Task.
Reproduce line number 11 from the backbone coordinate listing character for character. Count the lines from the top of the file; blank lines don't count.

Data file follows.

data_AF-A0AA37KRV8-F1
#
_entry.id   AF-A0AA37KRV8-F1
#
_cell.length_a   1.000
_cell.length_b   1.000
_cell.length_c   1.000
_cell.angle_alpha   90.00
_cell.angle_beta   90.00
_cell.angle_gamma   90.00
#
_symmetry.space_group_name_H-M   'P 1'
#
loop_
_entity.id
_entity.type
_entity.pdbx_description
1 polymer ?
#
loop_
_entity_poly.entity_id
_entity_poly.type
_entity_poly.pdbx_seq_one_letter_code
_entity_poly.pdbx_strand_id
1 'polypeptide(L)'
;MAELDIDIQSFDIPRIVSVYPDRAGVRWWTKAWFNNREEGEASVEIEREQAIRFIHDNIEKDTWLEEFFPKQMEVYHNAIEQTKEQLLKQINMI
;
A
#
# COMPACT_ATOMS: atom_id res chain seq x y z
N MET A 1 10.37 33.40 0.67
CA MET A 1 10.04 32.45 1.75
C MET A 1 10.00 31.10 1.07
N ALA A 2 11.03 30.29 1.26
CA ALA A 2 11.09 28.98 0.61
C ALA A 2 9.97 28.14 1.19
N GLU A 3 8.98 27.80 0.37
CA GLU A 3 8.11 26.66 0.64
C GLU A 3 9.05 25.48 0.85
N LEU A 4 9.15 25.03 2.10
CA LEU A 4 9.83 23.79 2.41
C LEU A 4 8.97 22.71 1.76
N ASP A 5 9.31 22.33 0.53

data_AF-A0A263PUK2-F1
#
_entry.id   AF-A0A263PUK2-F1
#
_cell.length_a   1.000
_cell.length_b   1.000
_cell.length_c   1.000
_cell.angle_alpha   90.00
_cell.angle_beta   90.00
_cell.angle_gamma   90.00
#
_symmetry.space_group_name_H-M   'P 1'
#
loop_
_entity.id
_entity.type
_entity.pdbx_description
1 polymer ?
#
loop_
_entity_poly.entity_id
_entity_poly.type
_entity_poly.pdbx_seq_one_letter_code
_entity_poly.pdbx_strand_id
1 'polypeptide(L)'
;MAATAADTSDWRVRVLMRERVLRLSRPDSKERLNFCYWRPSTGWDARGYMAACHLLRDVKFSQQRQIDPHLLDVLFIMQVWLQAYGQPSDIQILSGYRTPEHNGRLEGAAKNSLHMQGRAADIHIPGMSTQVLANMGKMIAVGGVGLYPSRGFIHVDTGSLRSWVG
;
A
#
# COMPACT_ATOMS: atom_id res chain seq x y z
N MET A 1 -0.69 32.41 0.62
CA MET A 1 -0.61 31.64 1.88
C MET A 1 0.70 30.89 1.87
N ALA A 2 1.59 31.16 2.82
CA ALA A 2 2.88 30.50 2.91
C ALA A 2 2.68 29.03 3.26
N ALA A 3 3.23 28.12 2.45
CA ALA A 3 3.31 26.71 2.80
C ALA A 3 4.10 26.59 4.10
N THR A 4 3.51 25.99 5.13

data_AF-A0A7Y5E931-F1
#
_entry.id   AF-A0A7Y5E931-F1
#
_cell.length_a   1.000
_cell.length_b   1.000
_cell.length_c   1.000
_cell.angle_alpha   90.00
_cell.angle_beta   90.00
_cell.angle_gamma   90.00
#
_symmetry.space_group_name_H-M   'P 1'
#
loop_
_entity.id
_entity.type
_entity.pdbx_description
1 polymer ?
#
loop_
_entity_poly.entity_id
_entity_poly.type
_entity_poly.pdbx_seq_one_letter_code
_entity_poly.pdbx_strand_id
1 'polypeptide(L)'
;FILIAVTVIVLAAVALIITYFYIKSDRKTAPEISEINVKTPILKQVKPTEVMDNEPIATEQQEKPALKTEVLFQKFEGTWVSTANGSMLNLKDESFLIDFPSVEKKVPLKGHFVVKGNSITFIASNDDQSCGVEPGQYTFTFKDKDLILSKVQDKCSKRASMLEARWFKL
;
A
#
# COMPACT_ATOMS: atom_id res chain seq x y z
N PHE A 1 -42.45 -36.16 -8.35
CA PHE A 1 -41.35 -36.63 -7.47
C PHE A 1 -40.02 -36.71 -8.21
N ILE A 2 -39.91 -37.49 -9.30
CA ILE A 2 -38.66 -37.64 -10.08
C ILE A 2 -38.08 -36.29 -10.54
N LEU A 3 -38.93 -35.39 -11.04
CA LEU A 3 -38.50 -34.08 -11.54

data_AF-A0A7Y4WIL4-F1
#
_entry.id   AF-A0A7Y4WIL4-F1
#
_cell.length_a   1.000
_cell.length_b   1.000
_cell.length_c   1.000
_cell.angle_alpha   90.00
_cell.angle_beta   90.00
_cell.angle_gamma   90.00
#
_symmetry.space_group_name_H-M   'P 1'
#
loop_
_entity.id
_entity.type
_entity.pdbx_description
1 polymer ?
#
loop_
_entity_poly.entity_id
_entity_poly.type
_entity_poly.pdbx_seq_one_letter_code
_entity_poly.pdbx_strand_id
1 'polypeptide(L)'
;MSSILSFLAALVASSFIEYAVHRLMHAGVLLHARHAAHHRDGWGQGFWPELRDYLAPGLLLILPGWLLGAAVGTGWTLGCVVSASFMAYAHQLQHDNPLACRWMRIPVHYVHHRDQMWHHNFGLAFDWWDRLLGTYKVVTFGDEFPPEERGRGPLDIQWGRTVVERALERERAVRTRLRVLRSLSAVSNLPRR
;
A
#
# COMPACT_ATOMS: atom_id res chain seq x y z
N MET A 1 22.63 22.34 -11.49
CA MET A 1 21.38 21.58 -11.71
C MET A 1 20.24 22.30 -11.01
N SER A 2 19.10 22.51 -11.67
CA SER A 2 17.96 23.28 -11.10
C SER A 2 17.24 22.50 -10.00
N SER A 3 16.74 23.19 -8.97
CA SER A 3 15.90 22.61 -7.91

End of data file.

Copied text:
#